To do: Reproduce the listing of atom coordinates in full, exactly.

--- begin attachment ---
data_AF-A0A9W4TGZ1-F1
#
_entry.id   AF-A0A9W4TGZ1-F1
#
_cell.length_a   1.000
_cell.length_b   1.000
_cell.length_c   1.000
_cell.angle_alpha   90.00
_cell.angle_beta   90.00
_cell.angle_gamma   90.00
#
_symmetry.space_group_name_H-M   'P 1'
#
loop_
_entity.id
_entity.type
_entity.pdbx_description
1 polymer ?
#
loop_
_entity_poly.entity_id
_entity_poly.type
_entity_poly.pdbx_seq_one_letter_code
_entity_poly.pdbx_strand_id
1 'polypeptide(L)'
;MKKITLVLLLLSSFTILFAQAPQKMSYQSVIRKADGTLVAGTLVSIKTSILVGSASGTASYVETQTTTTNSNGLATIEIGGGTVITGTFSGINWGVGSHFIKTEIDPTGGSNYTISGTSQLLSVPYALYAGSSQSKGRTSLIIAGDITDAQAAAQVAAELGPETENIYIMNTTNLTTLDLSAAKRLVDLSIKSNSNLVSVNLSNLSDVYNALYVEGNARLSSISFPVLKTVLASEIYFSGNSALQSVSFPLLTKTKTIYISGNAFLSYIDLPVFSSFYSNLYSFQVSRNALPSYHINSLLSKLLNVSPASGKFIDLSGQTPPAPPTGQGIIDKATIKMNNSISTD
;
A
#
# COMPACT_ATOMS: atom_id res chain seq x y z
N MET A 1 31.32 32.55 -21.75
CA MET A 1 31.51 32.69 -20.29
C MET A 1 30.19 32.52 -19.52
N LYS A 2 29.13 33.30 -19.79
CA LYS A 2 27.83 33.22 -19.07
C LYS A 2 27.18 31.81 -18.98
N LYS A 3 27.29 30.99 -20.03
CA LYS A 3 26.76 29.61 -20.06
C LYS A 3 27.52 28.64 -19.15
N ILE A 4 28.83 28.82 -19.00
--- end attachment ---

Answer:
data_AF-A0A9W4TGZ1-F1
#
_entry.id   AF-A0A9W4TGZ1-F1
#
_cell.length_a   1.000
_cell.length_b   1.000
_cell.length_c   1.000
_cell.angle_alpha   90.00
_cell.angle_beta   90.00
_cell.angle_gamma   90.00
#
_symmetry.space_group_name_H-M   'P 1'
#
loop_
_entity.id
_entity.type
_entity.pdbx_description
1 polymer ?
#
loop_
_entity_poly.entity_id
_entity_poly.type
_entity_poly.pdbx_seq_one_letter_code
_entity_poly.pdbx_strand_id
1 'polypeptide(L)'
;MKKITLVLLLLSSFTILFAQAPQKMSYQSVIRKADGTLVAGTLVSIKTSILVGSASGTASYVETQTTTTNSNGLATIEIGGGTVITGTFSGINWGVGSHFIKTEIDPTGGSNYTISGTSQLLSVPYALYAGSSQSKGRTSLIIAGDITDAQAAAQVAAELGPETENIYIMNTTNLTTLDLSAAKRLVDLSIKSNSNLVSVNLSNLSDVYNALYVEGNARLSSISFPVLKTVLASEIYFSGNSALQSVSFPLLTKTKTIYISGNAFLSYIDLPVFSSFYSNLYSFQVSRNALPSYHINSLLSKLLNVSPASGKFIDLSGQTPPAPPTGQGIIDKATIKMNNSISTD
;
A
#
# COMPACT_ATOMS: atom_id res chain seq x y z
N MET A 1 31.32 32.55 -21.75
CA MET A 1 31.51 32.69 -20.29
C MET A 1 30.19 32.52 -19.52
N LYS A 2 29.13 33.30 -19.79
CA LYS A 2 27.83 33.22 -19.07
C LYS A 2 27.18 31.81 -18.98
N LYS A 3 27.29 30.99 -20.03
CA LYS A 3 26.76 29.61 -20.06
C LYS A 3 27.52 28.64 -19.15
N ILE A 4 28.83 28.82 -19.00